• <p>FACEBOOK PHOTO</p><p>The Queens County Daycare Association is building a new infant daycare building on the site of their current daycare facility. It will house up to eight infants under the age of 18 months and should be ready for occupancy by February 2021.</p>

Local Journalism Initiative Reporter

Working parents in Liverpool will soon have a dedicated day care centre for their babies.

The Queens Daycare Association (QDA) has plans to open a a 1,100 sq.ft. infant care facility that will hold up to eight, three-to-18-month-old babies as early as February 2021. The building is located beside the association's current location at 108 College Street.

Scott Christian, board member and treasurer of the QDA, said a care facility for infants is greatly needed in the area.

"It's a huge deal for us, and something we have been working toward for a long time. There is currently no licenced daycare facility in the community for children under the age of 18 months, and we already have four or five infants on the list waiting for it to open," said Christian.

The facility is expected to cost close to $350,000. It is being built by Lloyoll pre-fab manufacturers based in Brooklyn. Most of the building will be pre-fabricated at Lloyoll's warehouse, before being moved to the site in January.

The QDA received approximately $280,000 in grants from the provincial government, and another $30,000 has been raised through various fundraisers and donations to build the facility.

Christian acknowledged the build won't be cheap, and said the association did consider renovating its current building, but in the end the board thought this would be the best way to go.

"The building needs to have ground floor access, sprinklers, fire suppression materials and more. Just given these, we made the decision instead to build a separate building right on that same site," said Christian.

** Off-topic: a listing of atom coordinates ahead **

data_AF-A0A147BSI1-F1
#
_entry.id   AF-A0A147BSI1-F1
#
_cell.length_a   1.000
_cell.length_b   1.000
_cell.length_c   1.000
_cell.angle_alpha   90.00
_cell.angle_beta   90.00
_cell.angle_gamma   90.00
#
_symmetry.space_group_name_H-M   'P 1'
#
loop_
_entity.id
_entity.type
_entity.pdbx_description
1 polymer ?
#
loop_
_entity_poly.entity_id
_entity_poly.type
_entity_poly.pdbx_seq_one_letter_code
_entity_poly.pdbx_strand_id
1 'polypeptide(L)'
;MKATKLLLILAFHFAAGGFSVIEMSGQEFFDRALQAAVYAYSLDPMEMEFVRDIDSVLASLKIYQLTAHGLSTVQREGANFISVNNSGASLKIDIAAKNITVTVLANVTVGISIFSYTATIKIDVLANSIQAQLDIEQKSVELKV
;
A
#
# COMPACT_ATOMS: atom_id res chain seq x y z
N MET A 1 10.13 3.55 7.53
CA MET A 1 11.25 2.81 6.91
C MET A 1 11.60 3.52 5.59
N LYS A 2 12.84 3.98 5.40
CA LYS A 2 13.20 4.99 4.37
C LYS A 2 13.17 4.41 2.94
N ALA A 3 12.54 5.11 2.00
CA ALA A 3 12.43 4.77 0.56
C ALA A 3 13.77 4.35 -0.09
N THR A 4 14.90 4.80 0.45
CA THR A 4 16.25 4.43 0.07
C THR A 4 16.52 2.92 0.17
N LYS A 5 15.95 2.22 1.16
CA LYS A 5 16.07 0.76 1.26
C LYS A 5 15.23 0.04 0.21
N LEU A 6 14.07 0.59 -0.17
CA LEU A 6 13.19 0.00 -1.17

With the new building, QDA also will have 50 spots for children from ages three months to 12 years of age. The new facility will create two or three more jobs on the QDA payroll, adding to the association's existing 10 full-time-equivalent staff positions.

The daycare currently operates out of the old Mount Pleasant School that was built circa 1957 and until recently was owned by the Region of Queens Municipality. The QDA had been a tenant of the building since 1984.

In 2017, the building was considered as surplus by RQM and the daycare was given until July 2019 to find a new home. They were unable to do so and put a bid of $1 to purchase the building and its surrounding property.

"The operational overhead is really big, now being the owners, as opposed to tenants. We have been picking away at improvements – such as painting the exterior, shingling and some window replacement," said Christian, adding that a furnace replacement is also on the list in the near future.

"We have an incredibly large infrastructure deficit and we're hardly getting by, to be totally honest. We're looking at driving enrolment and we're also exploring creative solutions to accessing grants and find some more donors to move things along."

Along with the $350,000 that needs to be raised, Christian and the QDA board have set a goal to raise another $150,000 for essential upgrades to the existing building.

Currently, there are just 25 children that attend on a regular basis.

"Enrolment is a challenge, particularly within the environment of the COVID-19 world. We are experiencing significant financial hardships as a result," said Christian. "We have the same operational costs and we can't cut back on staffing because of the cleaning protocols and constraints of movement of the educators and the children between rooms," said Christian.

Moreover, fewer people may be able to afford daycare because one parent may have lost a job or had their wages cut back.

The QDA recently received its charitable status, providing hope that this may help attract new donors and access to grants and funding in the years ahead.

"We're doing everything we can to make sure that it keeps going and continues to be a trusted, accessible, quality provider of childcare services. It's really, really critical," said Christian.

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